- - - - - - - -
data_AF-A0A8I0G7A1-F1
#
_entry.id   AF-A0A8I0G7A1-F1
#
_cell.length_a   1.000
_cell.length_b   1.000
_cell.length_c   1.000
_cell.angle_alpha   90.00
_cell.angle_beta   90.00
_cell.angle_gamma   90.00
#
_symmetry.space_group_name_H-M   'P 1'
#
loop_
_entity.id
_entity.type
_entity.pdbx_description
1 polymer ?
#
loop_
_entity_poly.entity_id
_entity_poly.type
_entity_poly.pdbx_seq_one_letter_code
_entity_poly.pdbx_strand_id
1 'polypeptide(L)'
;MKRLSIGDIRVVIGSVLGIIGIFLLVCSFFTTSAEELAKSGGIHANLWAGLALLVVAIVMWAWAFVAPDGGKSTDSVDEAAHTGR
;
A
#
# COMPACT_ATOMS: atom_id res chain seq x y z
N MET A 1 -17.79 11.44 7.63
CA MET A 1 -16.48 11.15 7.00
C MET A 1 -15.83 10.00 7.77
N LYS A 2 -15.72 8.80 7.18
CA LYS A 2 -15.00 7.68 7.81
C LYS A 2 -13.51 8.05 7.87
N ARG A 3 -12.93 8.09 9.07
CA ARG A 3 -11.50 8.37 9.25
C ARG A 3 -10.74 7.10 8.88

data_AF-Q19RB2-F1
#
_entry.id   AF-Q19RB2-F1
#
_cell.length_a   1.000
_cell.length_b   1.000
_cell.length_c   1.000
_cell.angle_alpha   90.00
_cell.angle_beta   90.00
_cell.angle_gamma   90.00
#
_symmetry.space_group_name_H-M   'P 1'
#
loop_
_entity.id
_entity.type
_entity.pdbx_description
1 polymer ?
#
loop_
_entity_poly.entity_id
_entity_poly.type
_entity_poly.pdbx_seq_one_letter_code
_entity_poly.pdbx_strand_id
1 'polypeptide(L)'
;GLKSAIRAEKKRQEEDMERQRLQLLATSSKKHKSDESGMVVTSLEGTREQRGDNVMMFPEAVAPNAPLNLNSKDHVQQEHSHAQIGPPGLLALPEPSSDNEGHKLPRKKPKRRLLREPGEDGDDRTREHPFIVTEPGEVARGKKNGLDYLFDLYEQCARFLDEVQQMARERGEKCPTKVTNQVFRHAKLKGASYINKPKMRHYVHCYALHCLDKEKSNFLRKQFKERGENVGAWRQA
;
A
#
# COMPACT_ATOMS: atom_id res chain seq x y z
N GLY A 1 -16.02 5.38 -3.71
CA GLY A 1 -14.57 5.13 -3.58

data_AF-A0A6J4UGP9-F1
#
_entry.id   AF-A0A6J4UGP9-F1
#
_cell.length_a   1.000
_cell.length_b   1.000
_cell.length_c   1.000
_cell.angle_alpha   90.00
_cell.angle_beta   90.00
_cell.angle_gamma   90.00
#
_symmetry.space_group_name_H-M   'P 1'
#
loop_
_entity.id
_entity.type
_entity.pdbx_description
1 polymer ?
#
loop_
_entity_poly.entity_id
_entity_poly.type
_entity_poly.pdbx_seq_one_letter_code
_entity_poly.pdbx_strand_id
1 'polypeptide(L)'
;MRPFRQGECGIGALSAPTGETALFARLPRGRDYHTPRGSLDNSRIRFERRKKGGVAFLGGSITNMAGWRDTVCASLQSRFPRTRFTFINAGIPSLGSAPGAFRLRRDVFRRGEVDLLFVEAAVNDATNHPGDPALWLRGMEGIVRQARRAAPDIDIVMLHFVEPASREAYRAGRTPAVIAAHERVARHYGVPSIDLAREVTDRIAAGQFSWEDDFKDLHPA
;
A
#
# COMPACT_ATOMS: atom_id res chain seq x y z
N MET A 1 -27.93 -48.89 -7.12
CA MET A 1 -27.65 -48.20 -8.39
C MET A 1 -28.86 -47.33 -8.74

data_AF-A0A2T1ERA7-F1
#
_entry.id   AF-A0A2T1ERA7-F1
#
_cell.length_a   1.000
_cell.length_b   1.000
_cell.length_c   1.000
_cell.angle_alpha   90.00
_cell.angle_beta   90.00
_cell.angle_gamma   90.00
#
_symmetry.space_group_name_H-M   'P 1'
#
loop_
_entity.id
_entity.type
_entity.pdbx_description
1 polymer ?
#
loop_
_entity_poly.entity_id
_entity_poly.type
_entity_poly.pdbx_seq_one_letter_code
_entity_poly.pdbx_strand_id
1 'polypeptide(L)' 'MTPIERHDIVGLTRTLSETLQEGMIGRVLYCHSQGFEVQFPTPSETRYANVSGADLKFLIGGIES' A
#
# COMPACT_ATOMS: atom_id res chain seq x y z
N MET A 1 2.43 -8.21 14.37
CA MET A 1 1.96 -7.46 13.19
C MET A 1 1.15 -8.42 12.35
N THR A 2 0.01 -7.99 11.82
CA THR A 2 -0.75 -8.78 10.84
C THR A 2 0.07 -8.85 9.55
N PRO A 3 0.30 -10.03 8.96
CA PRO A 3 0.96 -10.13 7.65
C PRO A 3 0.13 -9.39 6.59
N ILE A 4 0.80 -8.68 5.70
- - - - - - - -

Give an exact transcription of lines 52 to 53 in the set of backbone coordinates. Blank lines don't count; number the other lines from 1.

#
loop_